Guys fall into a few training categories:
- those that train for absolute strength
- those that train for size/aesthetics
- those that train to be better at their sport
- those that train to just move better in general
The question then becomes when we don’t have a goal in training how do we stay motivated in the gym and what can we do to make sure that each phase of training builds into each other? The answer requires analysis of where you are currently at and where you should be.
What muscle groups should I focus on to look bigger?
For those that want the size and aesthetics, there are certain parts of the body that will make you look a lot bigger once they get bigger. Some are mirror muscles and others require a bit more work to build:
- traps/upper back
Why these muscles?
Because they are what you can grow and still maintain the V-taper of the body that is generally more aesthetic. Genetics play a factor but anyone can overload and progress on exercises that build these muscles. Plus these all play a role in athletic activity in some form or fashion, which I’ll expand upon in later articles. You’ll notice that legs aren’t included. This does not mean that you have a free pass for skipping leg day. Leg development is essential for a well rounded physique. Once you’re able to hit a good 3 to 4 plate squat however, there are diminishing returns on leg size and overall aesthetics.
What should we be doing every day to make sure we can move effectively?
I have the benefit of being trained by people that don’t align themselves with one form of thinking. They draw from gymnastics, yoga, powerlifting, bodybuilding, field sports, etc. In this process, I believe that Functional Range Conditioning is one of the best daily exercises you can do to maintain your capacity to move and make things work nice.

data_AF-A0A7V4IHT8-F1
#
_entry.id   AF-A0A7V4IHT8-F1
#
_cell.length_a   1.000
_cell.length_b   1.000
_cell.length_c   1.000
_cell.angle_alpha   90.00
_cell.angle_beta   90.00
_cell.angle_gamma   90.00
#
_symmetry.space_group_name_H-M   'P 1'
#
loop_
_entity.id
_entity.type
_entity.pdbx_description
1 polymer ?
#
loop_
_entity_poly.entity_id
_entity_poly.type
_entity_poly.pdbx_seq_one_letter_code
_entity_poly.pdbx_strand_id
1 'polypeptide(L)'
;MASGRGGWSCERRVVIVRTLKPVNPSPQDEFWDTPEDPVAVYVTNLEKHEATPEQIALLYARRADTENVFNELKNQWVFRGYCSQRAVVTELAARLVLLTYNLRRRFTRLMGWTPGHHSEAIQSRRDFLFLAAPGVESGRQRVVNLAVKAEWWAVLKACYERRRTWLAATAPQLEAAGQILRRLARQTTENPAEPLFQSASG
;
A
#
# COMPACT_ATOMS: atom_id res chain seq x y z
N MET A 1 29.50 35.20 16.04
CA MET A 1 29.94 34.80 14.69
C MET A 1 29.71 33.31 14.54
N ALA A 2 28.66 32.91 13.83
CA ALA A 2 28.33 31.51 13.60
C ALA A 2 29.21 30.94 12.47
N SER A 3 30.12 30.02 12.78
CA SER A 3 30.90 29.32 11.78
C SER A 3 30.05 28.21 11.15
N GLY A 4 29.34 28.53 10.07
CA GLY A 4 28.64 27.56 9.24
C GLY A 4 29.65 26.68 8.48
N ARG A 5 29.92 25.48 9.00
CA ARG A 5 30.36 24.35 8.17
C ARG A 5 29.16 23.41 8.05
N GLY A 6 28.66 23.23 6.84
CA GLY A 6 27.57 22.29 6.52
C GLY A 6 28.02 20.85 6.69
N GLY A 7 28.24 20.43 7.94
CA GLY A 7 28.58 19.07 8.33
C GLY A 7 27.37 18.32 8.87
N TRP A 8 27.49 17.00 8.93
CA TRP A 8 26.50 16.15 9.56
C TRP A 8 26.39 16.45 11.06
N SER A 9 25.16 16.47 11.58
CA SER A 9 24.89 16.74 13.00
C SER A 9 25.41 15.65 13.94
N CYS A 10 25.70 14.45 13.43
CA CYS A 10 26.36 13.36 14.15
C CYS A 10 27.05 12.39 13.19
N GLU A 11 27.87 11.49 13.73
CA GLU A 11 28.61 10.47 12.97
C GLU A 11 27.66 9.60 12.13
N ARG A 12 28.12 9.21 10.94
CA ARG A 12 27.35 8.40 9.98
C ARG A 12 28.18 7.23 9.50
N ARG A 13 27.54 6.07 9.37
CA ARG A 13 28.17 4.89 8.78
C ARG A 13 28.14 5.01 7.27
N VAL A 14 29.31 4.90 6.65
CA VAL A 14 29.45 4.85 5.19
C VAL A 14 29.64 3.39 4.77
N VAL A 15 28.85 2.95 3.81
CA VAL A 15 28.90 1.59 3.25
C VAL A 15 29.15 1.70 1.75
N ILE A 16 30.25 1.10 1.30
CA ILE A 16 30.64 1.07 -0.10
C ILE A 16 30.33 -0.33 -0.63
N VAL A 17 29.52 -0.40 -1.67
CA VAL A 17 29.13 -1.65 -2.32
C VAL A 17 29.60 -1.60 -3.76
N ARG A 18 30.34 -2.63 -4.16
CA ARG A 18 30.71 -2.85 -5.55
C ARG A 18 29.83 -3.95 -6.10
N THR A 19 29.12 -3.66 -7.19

What you do is move your joints around, forward and backward (or in circles) every day. That’s the bare minimum. In doing so you allow the joints to move the “gunk” that can lock them up. You’ll feel all the cracks and pops and stretches throughout each joint. That’s normal. In my opinion, we all need some body awareness so we know what exactly is tight or loose or acting weird. Joint circles, or CARs (Controlled Articular Rotations) incorporate yoga (breathing through sticking points and relaxing your body through stress) and help the meatheads like me perform better on the field or in the gym (less gunk = better movement = stronger/bigger muscles).
The Need for Absolute Strength
Every once in a while, we need to train for a maximal effort with a heavy weight. It’s a way of signaling the body that there’s larger stress than it can handle and it needs to adapt to it the next time we attempt to stress it again. It follows that the heavier the weight we can lift once, the heavier we can go on supporting lifts. It becomes a feedback loop that helps with increasing both strength and hypertrophy as we progress through our training. Progressively loading movements allows us to keep on pushing ourselves hard and keep challenging the body to grow.
What are you training for?
Those that have played sports in high school and/or college have a competitive spirit. We need to compete in something in order to give ourselves meaning and identity in life. Without an external opponent it is hard to find the motivation to consistently train and get better. There needs to be a shift from competing against others to competing against your past self. I’m much bigger and stronger than I was a few years ago when I first began training. I have a lot of work to do when it comes to my mobility which I can improve over the next year and look back at how much I’ve improved. Training for life is about enjoying the infinite process of developing and keeping your physical fitness throughout the years.
Training is a marathon and not a sprint. When you first start, the improvements can be near exponential as your body adapts. Great for motivation, but can bite you in the ass once you see less and less improvements doing the same thing. Play the long game when it comes to training. Try a program for a few cycles. See what works and doesn’t work for you. Train movements first and muscles second. Consider yourself not someone that goes to the gym but an athlete who trains to get better at the sport of Life. Train to be better than yesterday’s you. Focus on the month to month and year to year progress. Make it hard, make it fun, and have a few training partners along the way. Enjoy and share the process of training to become better.